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MLK March: Still fighting for King's vision

Posted at 7:03 PM, Jan 18, 2016
and last updated 2016-01-18 21:03:41-05

A day long celebration to honor the life and legacy of Martin Luther King Jr. Hundreds of Tucsonans marched 3 miles to Reid Park to honor Dr. King taking the opportunity to reflect on his message and rejuvinate.

The day began early as hundreds gathered to celebrate a new city street named after the civil rights leader. The Nobel Way street sign at the U-A Tech Park at the Bridges has changed o M-L King Junior Way.  Tucson now joining most U-S cities with a street name for King.

That even led to annual MLK March. Pastor Warren Anderson remembers when Dr. King brought his non-violent crusade to Chicago in '65. "Being a young man, the feeling was we needed to be more aggressive -- we needed to take more to the streets," he said.

Change, he says, didn't come fast enough -- and for Anderson -- that holds true today. "We're still dealing with institutional racism and as long as those things are in place, mindsets -- attitudes, nothing has really changed," he said.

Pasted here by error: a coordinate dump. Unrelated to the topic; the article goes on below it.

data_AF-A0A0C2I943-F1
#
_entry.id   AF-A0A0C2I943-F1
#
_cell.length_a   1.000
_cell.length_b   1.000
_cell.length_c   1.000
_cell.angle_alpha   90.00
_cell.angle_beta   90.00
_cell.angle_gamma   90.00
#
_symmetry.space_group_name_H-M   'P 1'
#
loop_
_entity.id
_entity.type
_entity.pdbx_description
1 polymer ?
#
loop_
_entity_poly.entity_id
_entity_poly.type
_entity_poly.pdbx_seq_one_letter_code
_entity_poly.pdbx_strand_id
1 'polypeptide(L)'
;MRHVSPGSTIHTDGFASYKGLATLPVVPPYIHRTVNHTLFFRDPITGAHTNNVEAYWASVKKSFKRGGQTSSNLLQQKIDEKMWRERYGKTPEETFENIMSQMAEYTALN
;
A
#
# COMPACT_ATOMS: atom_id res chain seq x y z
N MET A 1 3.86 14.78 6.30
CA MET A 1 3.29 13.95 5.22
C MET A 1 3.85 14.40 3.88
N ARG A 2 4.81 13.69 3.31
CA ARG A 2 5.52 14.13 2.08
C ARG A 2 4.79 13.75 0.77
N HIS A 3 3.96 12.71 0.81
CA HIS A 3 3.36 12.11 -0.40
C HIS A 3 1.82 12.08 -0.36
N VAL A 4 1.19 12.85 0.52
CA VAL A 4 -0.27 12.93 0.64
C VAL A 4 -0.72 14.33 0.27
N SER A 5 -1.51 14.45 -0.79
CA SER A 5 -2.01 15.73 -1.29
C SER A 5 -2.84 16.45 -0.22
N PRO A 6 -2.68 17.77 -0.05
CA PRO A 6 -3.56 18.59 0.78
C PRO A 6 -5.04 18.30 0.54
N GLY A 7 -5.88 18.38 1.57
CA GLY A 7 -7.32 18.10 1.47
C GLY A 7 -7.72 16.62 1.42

Dr. King preached non-violent means for achieving racial equality and change in attitudes, he knew, takes time. Stephanie Jones believes King's messages and marches were just a start. "People get left behind and people forget about other people, but we all have to come together," she said. 
When asked what has changed, Jones answered, "Well, hey, integration, we can live where we want. We can go to school where we want," she said.
And marchers say our nation's leaders have to continue fighting for King's vision. Congresswoman Martha McSally, who joined in the march, said, "That it's still our responsibility on a day like today to reflect on his legacy and his leadership and message and to look inside our own heart." 

Perhaps difficult for some, marchers say, in a state that is the last to recognize the Martin Luther King Junior holiday.

"As much as we get done, there's still injustices everywhere. When you look at the look at the relationship between our police community and we love our police community, there still needs to be work done there," said Iris Berry.